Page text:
[*] Richard Rowe PSM was the Senior Legal Adviser in the Department of Foreign Affairs and Trade prior to his retirement at the end of 2013. He has been an Australian representative at numerous international conferences and meetings, including as head of the Australian delegation to the United Nations Diplomatic Conference on the Establishment of an International Criminal Court and to the International Criminal Court Review Conference; the United Nations Sixth (Legal) Committee; and as Head of Delegation to Antarctic Treaty Consultative Meetings (‘ATCM’). He was Chair of the ATCM held in Hobart in 2012. He has served overseas, including at Australia's Missions to the UN in New York and Geneva, and as Ambassador to Sweden, Finland, Estonia, Latvia and Lithuania. This piece is adapted from the Melbourne Journal of International Law’s 2014 Annual Lecture, presented on 27 August 2014 at Melbourne Law School. The Annual Lecture was co-convened by the Global Law Students Association and the Asia-Pacific Centre for Military Law. The views expressed in this presentation are personal ones.

[1] Professor James Crawford was elected as a judge of the International Court of Justice on 6 November 2014.

[2] East Timor (Portugal v Australia) (Judgment) [1995] ICJ Rep 90; Whaling in the Antarctic (Australia v Japan) (Judgment) (International Court of Justice, General List No 148,

31 March 2014) (‘Whaling in the Antarctic’).

[3] Protocol Additional to the Geneva Conventions of 12 August 1949, and relating to the Protection of Victims of International Armed Conflicts, opened for signature 8 June 1977, 1125 UNTS 3 (entered into force 7 December 1978); Protocol Additional to the Geneva Conventions of 12 August 1949, and relating to the Protection of Victims of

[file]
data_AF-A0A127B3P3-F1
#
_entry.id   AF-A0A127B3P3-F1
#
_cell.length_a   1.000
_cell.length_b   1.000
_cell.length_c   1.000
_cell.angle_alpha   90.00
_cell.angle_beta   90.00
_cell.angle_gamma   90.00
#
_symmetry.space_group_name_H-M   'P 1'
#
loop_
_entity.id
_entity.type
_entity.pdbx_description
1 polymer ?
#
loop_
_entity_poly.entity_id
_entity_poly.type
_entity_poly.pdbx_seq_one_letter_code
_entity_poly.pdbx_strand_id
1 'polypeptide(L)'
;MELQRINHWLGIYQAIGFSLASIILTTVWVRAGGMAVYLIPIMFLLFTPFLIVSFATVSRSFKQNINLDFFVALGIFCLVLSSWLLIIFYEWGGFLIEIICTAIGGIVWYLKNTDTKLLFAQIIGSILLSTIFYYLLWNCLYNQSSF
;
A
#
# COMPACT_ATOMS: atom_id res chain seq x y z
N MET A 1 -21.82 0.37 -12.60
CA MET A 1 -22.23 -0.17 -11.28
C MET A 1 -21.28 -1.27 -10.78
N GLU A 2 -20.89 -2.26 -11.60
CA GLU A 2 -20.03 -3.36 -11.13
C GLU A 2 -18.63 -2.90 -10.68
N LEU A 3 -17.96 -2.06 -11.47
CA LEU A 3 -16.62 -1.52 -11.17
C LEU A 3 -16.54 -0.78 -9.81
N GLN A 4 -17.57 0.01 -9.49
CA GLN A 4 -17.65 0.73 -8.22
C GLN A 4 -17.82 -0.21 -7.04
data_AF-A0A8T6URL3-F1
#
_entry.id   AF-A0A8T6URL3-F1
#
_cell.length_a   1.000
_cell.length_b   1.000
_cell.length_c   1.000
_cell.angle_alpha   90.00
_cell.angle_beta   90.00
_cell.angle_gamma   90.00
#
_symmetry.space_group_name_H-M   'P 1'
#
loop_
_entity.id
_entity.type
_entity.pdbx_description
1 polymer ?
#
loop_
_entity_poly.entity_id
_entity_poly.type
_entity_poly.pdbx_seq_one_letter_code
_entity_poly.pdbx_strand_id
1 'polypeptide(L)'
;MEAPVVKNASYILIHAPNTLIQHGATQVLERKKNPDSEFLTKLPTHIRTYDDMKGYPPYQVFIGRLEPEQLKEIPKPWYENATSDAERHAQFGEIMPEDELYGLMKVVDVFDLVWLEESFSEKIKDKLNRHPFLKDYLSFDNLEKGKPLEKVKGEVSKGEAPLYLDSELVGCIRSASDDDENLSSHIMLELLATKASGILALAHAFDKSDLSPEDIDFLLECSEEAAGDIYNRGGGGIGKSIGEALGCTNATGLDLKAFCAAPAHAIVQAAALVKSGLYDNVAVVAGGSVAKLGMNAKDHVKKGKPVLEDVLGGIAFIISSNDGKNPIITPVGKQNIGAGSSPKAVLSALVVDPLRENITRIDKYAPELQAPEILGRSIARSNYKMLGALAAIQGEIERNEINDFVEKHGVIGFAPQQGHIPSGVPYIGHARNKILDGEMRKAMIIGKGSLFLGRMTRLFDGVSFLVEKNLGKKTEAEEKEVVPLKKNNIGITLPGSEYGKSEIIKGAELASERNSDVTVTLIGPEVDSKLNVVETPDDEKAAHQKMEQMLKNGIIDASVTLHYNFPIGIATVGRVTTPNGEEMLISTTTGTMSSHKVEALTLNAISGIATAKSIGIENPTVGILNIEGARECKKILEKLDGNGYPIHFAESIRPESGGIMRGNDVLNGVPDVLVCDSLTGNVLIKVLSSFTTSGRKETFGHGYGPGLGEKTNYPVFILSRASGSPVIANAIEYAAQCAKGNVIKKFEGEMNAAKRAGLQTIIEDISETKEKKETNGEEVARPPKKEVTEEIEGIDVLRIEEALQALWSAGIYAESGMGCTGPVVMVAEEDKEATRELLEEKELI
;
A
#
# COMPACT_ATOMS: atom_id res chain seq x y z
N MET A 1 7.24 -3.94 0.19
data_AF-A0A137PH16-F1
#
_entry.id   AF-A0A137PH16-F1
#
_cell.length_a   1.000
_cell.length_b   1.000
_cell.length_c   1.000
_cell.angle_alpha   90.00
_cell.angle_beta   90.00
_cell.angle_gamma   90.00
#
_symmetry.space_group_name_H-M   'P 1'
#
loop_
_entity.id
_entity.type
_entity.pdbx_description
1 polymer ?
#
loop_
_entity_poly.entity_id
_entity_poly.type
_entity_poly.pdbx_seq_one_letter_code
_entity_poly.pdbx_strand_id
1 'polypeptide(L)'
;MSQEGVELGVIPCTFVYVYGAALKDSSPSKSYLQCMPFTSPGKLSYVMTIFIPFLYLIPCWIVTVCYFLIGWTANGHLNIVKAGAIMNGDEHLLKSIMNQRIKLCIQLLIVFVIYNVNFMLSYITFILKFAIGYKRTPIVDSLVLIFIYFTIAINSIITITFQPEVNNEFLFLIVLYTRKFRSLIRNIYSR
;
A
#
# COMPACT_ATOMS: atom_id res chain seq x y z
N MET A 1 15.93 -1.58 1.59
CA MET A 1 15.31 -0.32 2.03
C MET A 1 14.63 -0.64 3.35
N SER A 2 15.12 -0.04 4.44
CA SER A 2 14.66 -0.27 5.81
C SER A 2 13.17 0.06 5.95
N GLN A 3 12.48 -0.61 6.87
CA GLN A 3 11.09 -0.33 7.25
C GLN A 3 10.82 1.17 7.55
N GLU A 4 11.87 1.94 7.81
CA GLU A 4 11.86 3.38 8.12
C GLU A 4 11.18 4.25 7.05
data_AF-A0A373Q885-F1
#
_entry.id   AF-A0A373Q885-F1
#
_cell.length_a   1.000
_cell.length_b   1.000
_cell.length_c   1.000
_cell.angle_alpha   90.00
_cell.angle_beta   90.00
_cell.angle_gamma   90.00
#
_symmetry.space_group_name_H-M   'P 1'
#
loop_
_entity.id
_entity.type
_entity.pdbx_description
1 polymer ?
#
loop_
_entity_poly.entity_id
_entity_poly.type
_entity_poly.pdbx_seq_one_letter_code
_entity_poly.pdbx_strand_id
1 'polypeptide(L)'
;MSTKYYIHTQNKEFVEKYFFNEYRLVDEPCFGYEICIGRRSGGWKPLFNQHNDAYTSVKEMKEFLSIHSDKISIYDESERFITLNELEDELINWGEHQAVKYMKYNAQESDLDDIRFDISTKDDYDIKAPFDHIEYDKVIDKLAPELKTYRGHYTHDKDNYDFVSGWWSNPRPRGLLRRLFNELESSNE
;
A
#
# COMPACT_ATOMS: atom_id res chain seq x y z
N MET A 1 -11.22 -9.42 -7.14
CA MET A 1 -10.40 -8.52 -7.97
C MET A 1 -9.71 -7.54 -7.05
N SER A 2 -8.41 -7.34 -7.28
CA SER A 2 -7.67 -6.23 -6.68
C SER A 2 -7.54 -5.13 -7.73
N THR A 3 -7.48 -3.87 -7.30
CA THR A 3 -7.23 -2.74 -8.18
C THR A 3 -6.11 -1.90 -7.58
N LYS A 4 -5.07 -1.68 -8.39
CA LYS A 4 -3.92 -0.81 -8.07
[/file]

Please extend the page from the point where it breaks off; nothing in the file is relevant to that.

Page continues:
Non-International Armed Conflicts, opened for signature 8 June 1977, 1125 UNTS 609 (entered into force 7 December 1978).

[4] United Nations Convention on the Law of the Sea, opened for signature 10 December 1982, 1833 UNTS 397 (entered into force 16 November 1994).

[5] Agreement relating to the Implementation of Part XI of the United Nations Convention on the Law of the Sea of 10 December 1982, opened for signature 28 July 1994, 1836 UNTS 3 (entered into force 16 November 1994).

[6] Niue Treaty on Cooperation in Fisheries Surveillance and Law Enforcement in the South Pacific Region, opened for signature 9 July 1992, 32 ILM 136 (entered into force 20 May 1993).

[7] Agreement on Strengthening Implementation of the Niue Treaty on Cooperation in Fisheries Surveillance and Law Enforcement in the South Pacific Region, opened for signature 2 November 2012 (not yet in force).

[8] Agreement for the Implementation of the Provisions of the United Nations Convention on the Law of the Sea of 10 December 1982 relating to the Conservation and Management of Straddling Fish Stocks and Highly Migratory Fish Stocks, opened for signature 4 August 1995, 2167 UNTS 3 (entered into force 11 December 2001).

[9] Convention on Prohibitions or Restrictions on the Use of Certain Conventional Weapons Which May be Deemed to be Excessively Injurious or to Have Indiscriminate Effects, opened for signature 10 October 1980, 1342 UNTS 137 (entered into force 2 December 1983).

[10] Convention on the Prohibition of the Development, Production, Stockpiling and Use of Chemical Weapons and on Their Destruction, opened for signature 13 January 1993, 1974 UNTS 45 (entered into force 29 April 1997).

[11] Comprehensive Nuclear-Test-Ban Treaty, opened for signature 24 September 1996 (not yet in force).

[12] Convention on the Prohibition of the Use, Stockpiling, Production and Transfer of

Anti-Personnel Mines and on Their Destruction, opened for signature 3 December 1997, 2056 UNTS 211 (entered into force 1 March 1999).

[13] Convention on Cluster Munitions, opened for signature 3 December 2008, 2688 UNTS 39 (entered into force 1 August 2010).